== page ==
In the past 100 days, Westfair Communications Inc. – home of the Westchester and Fairfield County Business Journals and WAG magazine – has dedicated itself to providing readers with feature stories and news articles and items that educate, enlighten and entertain, all designed to help our readers survive and thrive in the time of the coronavirus.
Now, we are confronted with another pandemic, that of racism, in the appalling act of police brutality that snuffed out the life of George Floyd. While we cover business and the luxury market, we have always done so with a social conscience, following the example of our publisher Dee DelBello, whose husband, the late New York state Lt. Gov. and Westchester County Executive Al DelBello, was a leader in the field of equality for all.
In this moment of crisis, we find solace and inspiration in the words of another leader confronting a racially charged murder, inequality, social unrest and political strife. On the night of April 4, 1968, following the murder of the Rev. Martin Luther King Jr. in Memphis, New York Sen. and Democratic Party presidential candidate Robert F. Kennedy made a campaign stop in Indianapolis. In a pre-internet age, the gathered crowd, mainly made up of African American supporters, thought it was merely part of a whistle-stop tour. It had not yet heard the news. Kennedy had been advised to skip the event, in which he would have to announce what had happened.
He chose to meet the moment, delivering a message of hope and healing. Two months and two days later – June 6 – he would be dead, another victim of an assassin’s bullet. Here is in part is what he said that night:
“I have bad news for you, for all of our fellow citizens and people who love peace all over the world and that is that Martin Luther King was shot and killed tonight.
“Martin Luther King dedicated his life to love and to justice for his fellow human beings and he died because of that effort.
“In this difficult day, in this difficult time for the United States, it is perhaps well to ask what kind of a nation we are and what direction we want to move in. For those of you who are black– considering the evidence there evidently is that there were white people who were responsible – you can be filled with bitterness, with hatred and a desire for revenge. We can move in that direction as a country, in great polarization – black people amongst black, white people amongst white, filled with hatred toward one another.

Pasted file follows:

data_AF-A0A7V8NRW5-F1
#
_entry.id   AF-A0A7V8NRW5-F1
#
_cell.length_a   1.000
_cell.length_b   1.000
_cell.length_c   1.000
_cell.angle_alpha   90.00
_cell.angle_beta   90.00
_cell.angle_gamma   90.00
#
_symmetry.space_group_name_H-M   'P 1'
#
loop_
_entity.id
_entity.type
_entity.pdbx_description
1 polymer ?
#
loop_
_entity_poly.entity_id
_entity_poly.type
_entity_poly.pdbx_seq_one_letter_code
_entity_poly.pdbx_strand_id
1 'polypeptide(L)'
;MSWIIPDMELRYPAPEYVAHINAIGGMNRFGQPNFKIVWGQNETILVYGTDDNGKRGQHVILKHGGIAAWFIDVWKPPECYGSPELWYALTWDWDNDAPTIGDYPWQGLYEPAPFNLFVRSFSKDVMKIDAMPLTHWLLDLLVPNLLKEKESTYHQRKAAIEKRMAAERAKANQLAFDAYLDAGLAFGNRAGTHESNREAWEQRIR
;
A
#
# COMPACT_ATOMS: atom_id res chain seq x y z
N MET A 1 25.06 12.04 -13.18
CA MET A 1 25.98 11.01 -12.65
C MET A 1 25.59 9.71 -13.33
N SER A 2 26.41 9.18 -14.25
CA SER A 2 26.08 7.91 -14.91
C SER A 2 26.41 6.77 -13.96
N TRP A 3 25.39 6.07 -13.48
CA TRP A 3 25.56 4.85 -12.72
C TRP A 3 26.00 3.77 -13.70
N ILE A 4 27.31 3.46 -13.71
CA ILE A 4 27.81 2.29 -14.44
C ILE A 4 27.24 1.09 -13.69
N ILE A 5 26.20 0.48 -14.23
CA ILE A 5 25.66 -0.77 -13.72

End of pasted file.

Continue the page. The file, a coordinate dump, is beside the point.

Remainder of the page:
“Or we can make an effort, as Martin Luther King did, to understand and to comprehend and to replace that violence, that stain of bloodshed that has spread across our land, with an effort to understand with compassion and love.
“For those of you who are black and are tempted to be filled with hatred and distrust at the injustice of such an act, against all white people, I can only say that I feel in my own heart the same kind of feeling. I had a member of my family killed, but he was killed by a white man. But we have to make an effort in the United States, we have to make an effort to understand, to go beyond these rather difficult times.
“My favorite poet was Aeschylus. He wrote: ‘In our sleep, pain which cannot forget falls drop by drop upon the heart until, in our own despair, against our will, comes wisdom through the awful grace of God.’…”
To those of you who have taken to the streets in peaceful protest against inequality, as many did a half-century ago, we at Westfair stand in solidarity with you.
To those of you who’ve been martyred in the fight against social injustice, we will never forget you.
And to our readers we say, the struggle, the story, continues. We wish you peace and strength in this challenging time.